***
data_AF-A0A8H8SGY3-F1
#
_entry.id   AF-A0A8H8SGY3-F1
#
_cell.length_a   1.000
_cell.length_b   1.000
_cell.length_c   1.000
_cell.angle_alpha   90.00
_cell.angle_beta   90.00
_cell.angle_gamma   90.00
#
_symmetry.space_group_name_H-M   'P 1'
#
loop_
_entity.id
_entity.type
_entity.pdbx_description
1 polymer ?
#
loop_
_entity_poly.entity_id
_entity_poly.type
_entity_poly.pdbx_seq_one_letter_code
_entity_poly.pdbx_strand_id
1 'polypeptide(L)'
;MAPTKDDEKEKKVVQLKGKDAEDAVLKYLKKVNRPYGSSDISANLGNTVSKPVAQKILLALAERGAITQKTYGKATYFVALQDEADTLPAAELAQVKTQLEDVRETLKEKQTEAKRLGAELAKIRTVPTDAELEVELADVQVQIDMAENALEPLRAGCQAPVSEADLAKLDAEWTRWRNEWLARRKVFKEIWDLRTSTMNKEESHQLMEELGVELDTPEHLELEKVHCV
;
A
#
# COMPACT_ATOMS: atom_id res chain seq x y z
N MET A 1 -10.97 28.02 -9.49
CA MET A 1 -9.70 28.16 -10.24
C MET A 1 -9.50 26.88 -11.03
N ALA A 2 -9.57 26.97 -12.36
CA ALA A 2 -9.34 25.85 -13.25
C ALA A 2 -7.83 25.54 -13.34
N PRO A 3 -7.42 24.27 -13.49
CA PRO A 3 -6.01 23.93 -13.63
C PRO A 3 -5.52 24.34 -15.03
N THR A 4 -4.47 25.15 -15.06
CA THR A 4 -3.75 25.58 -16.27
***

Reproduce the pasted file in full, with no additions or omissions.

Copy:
data_AF-A0A8H8SGY3-F1
#
_entry.id   AF-A0A8H8SGY3-F1
#
_cell.length_a   1.000
_cell.length_b   1.000
_cell.length_c   1.000
_cell.angle_alpha   90.00
_cell.angle_beta   90.00
_cell.angle_gamma   90.00
#
_symmetry.space_group_name_H-M   'P 1'
#
loop_
_entity.id
_entity.type
_entity.pdbx_description
1 polymer ?
#
loop_
_entity_poly.entity_id
_entity_poly.type
_entity_poly.pdbx_seq_one_letter_code
_entity_poly.pdbx_strand_id
1 'polypeptide(L)'
;MAPTKDDEKEKKVVQLKGKDAEDAVLKYLKKVNRPYGSSDISANLGNTVSKPVAQKILLALAERGAITQKTYGKATYFVALQDEADTLPAAELAQVKTQLEDVRETLKEKQTEAKRLGAELAKIRTVPTDAELEVELADVQVQIDMAENALEPLRAGCQAPVSEADLAKLDAEWTRWRNEWLARRKVFKEIWDLRTSTMNKEESHQLMEELGVELDTPEHLELEKVHCV
;
A
#
# COMPACT_ATOMS: atom_id res chain seq x y z
N MET A 1 -10.97 28.02 -9.49
CA MET A 1 -9.70 28.16 -10.24
C MET A 1 -9.50 26.88 -11.03
N ALA A 2 -9.57 26.97 -12.36
CA ALA A 2 -9.34 25.85 -13.25
C ALA A 2 -7.83 25.54 -13.34
N PRO A 3 -7.42 24.27 -13.49
CA PRO A 3 -6.01 23.93 -13.63
C PRO A 3 -5.52 24.34 -15.03
N THR A 4 -4.47 25.15 -15.06
CA THR A 4 -3.75 25.58 -16.27